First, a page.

Now opposition to this deal (which was consolidated during the 123 agreement, which went ahead to give India-specific commitments, overruling several prior objections to nuclear proliferation in third world countries, in the United States), was hinged on two legs. One leg was the ultra-nationalist one, which saw the deal as a cap on India's nuclear weaponisation programme (articulated by the BJP and its acolytes). The lesser version of the position was that articulated by the scientists, who still felt that the express commitments made were still harmful to the three stage indigenous process and the ability of India to be able to export that indigenous technology as well as reactors. The other leg, while sympathetic to the latter argument of the scientists, looked upon this deal in the angle of strategic partnership as well, seeing the deal as creating a situation where India acts as a junior partner of US imperialism in the South Asian region, thereby creating a dangerous situation where the current battleground against the US (which has been waged through the aegis of terrorism) would shift toward India full time (the theatre has already started playing itself out, witness the multiple terrorist acts in the nation, even by terrorist cells recruiting Indians themselves), as well as the further creation of hitches in India's already estranged neighbors. While countries in Europe, for e.g., had grown from nationalistic divisions after World War II, to form co-operative councils with stout economic relationships through the aegis of the European Union. Such a possibility has not been achieved in the South Asian region, because of the lingering antagonism between the various nations, India, China and Pakistan.

It is in this context that one should view the opposition of the Left toward the nuclear deal. Despite the pronouncements by Manmohan Singh that he would articulate a foreign policy that is considerate of a relationship with other powers as well as the United States, empirical evidence on the ground doesn't say so. The growing nexus with the United States has continued to under-cut relations with the multipolar world bringing a baggage of problems geo-politically, realistically and forcefully. The Left, which has always articulated an anti-imperialist zeal throughout its existence only continues to do so and hence rejects the deal. Its as simple to understand why when seen in this understanding. The Left is criticised by saying that the parties were dictated to by Moscow and were beholden to China. Easily forgotten is the fact that the largest and perhaps the only relevent constituent (the CPI(M)) wasn't recognized by the Chinese Communist Party as a fraternal Communist party till 1978 and which had split from the original CPI, primarily because of the differences in understanding of the nature of the Indian state and the bourgeosie, which were not shared by the right-CPI, ideologically closer to the Soviet party. That the CPI(M) was seen as an independent communist party, just like the Italian one is never mentioned. But I digress.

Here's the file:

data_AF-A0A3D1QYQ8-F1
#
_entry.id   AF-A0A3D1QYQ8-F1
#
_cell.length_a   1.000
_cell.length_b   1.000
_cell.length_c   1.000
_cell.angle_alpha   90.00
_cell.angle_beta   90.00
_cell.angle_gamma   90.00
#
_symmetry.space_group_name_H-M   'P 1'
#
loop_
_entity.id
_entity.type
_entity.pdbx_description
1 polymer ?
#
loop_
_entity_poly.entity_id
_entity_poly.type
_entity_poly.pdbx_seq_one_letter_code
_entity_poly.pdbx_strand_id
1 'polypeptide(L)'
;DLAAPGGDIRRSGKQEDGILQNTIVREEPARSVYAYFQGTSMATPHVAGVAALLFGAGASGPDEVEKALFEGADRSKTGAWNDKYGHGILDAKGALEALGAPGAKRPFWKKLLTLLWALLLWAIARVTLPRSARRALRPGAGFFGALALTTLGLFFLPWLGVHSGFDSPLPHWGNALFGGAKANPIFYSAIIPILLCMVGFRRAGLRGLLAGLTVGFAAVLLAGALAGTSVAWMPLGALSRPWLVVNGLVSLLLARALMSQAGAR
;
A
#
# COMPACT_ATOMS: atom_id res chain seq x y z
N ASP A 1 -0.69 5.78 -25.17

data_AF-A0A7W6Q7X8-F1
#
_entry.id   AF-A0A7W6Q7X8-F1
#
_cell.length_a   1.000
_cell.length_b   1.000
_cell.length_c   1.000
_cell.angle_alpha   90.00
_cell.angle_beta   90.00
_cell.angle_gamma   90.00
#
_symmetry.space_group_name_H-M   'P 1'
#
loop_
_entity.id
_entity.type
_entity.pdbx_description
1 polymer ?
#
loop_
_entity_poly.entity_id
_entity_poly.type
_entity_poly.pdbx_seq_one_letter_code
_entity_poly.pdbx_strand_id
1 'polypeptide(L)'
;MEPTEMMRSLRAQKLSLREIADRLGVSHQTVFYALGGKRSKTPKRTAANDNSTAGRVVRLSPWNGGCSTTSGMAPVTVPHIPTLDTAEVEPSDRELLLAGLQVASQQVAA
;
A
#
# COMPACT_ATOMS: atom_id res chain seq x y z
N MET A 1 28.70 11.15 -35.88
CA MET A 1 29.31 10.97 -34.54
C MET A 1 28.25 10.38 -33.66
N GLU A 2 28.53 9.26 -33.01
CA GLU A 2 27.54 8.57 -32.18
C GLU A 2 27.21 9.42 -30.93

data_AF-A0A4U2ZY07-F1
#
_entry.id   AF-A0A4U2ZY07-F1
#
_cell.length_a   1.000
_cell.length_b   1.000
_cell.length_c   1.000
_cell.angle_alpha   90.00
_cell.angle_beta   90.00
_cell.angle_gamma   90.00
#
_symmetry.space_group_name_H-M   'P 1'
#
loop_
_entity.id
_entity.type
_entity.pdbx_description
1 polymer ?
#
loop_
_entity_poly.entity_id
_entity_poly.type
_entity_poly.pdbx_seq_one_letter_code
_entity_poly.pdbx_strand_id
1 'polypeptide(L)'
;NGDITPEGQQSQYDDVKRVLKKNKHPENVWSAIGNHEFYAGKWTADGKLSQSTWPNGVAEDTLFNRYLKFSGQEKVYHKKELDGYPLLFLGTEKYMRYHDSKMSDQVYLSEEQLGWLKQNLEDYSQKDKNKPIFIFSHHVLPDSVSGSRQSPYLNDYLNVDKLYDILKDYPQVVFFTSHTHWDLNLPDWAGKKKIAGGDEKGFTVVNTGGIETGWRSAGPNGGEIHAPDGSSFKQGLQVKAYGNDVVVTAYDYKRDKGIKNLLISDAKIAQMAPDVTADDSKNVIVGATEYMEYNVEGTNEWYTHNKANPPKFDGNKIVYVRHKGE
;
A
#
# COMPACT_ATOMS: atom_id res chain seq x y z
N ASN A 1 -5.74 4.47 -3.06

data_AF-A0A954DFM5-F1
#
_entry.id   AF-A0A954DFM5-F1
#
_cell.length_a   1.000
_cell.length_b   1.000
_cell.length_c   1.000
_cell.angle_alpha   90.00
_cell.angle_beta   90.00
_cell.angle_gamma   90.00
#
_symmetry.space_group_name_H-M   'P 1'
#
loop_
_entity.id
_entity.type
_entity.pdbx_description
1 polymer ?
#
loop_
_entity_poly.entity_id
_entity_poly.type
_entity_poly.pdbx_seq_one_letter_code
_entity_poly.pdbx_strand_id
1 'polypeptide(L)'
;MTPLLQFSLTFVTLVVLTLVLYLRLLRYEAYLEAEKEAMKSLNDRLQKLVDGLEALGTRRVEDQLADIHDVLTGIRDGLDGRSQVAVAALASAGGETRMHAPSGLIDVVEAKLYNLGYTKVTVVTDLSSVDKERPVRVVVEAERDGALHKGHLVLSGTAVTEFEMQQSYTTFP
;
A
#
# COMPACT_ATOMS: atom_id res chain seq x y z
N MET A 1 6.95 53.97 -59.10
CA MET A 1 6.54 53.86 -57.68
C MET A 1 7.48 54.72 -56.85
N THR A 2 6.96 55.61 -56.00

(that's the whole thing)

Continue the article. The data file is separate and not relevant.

Let me get back to ranting now. Why do these superficial reporters (Dutt/Sanghvi/Sardesai) fail to understand this or atleast fail to report this? Is it because they lack the understanding of international politics? (Barkha Dutt called the details in the 123 Agreement as gobbledygook, thus disregarding any pretense of understanding things in detail). Is it because they want clearly to see national interest in the lines of what the urban middle class would want to interpret and love to hear? The latter seems to be the most plausible reason.

Why should the Left, whose traditional constituency is NOT the urban elite or the upper middle class, peddle its understanding to suit these very same sections? How are the ordinary Indian citizens who are also dependent on energy in great ways, going to benefit out of a deal which is only to get us 8% of the energy requirements at enormous cost in 2020? Why can't the very same investment made in renewable and environmentally secure sources of energy? Aren't these legitimate questions, which should be asked by a voice, that is not tarnished by the corruption that prevails in bourgeois political parties today in India?